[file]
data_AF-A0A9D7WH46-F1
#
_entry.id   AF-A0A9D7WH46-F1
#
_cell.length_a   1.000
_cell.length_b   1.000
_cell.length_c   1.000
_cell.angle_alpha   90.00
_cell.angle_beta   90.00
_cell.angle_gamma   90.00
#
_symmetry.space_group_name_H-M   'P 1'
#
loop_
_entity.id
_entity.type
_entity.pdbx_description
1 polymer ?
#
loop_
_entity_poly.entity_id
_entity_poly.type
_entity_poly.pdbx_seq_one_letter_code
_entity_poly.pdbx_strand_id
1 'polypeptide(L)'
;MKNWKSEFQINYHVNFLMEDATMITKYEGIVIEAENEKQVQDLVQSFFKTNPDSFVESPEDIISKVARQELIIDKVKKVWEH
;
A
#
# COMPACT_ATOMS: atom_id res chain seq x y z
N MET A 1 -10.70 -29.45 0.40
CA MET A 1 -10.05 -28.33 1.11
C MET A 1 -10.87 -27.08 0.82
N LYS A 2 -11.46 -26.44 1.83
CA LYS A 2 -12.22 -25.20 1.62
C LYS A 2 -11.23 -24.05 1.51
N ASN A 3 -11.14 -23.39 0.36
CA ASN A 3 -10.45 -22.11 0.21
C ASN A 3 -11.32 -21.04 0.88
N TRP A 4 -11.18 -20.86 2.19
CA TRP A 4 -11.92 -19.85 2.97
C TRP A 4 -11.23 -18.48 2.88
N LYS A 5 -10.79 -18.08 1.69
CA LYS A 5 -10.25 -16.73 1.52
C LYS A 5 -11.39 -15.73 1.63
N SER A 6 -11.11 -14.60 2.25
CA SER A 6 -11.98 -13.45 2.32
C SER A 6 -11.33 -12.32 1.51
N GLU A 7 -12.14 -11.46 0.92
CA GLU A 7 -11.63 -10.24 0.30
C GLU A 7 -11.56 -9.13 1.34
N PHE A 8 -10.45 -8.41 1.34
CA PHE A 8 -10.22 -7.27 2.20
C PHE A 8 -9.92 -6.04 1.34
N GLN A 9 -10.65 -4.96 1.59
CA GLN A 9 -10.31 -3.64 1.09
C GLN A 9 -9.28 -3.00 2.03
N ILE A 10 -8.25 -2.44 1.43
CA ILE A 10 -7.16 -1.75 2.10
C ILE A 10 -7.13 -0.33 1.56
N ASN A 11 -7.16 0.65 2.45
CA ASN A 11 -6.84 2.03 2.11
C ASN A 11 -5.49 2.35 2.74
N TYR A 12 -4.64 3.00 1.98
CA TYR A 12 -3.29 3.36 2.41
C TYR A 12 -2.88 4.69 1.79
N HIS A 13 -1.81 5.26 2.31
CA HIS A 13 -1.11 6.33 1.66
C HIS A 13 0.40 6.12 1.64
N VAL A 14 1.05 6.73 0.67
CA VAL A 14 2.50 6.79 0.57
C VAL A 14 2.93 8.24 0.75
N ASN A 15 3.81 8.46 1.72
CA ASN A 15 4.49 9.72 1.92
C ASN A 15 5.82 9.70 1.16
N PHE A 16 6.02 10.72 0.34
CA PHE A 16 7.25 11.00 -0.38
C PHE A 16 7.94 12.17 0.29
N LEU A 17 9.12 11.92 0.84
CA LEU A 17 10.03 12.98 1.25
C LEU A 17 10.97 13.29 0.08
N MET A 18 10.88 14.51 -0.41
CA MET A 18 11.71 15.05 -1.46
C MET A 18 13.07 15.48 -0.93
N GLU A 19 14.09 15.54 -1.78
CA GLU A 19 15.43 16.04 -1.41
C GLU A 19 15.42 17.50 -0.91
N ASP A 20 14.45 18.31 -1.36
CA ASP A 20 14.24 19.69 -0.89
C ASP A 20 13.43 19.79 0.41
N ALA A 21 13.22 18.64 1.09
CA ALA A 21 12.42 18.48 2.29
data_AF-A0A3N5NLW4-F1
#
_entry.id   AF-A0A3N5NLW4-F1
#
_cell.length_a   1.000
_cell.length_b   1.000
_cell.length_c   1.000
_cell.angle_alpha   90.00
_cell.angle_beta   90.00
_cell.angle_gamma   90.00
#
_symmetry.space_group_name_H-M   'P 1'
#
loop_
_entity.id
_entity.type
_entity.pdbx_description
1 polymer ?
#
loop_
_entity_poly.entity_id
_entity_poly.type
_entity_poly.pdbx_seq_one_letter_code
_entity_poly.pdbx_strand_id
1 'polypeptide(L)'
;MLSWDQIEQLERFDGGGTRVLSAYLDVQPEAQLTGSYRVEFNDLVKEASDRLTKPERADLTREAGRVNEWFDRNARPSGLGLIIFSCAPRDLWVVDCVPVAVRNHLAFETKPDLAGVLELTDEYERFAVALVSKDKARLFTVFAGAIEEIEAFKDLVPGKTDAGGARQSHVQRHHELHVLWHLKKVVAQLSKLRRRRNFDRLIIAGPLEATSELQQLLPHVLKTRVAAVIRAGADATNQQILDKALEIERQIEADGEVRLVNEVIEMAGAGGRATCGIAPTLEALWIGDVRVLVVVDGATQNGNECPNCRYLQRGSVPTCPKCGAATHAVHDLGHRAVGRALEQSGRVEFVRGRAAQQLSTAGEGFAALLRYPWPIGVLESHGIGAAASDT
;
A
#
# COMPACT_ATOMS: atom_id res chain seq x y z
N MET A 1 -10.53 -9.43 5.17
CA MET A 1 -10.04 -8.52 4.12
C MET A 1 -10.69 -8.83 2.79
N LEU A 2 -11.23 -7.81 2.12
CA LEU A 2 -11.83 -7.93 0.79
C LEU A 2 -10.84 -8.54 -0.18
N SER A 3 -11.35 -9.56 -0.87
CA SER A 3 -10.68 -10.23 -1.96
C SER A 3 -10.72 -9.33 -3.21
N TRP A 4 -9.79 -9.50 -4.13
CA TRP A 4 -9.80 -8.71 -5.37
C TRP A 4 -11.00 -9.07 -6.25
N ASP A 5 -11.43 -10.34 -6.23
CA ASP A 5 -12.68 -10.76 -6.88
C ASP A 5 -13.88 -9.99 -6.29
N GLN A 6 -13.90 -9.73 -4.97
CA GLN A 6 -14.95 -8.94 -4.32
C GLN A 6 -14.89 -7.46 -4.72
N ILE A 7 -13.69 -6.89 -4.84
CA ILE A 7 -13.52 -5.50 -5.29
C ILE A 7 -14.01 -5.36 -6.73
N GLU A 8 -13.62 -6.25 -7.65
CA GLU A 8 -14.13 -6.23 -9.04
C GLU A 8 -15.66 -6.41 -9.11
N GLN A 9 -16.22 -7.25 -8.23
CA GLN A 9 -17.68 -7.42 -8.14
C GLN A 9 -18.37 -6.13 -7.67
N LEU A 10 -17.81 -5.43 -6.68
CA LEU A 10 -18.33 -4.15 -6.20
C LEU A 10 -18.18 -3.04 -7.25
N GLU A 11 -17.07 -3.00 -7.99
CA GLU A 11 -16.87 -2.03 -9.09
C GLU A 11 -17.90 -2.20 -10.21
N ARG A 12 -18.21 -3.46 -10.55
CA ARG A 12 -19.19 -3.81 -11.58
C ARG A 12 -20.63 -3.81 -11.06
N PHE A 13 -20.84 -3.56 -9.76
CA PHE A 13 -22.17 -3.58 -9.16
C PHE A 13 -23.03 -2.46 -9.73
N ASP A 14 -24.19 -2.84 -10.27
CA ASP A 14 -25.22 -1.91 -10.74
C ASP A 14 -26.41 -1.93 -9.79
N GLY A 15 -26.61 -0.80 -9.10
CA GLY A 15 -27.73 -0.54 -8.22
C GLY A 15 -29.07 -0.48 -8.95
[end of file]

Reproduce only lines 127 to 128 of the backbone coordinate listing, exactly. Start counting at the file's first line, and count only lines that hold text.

CA LEU A 2 -11.83 -7.93 0.79
C LEU A 2 -10.84 -8.54 -0.18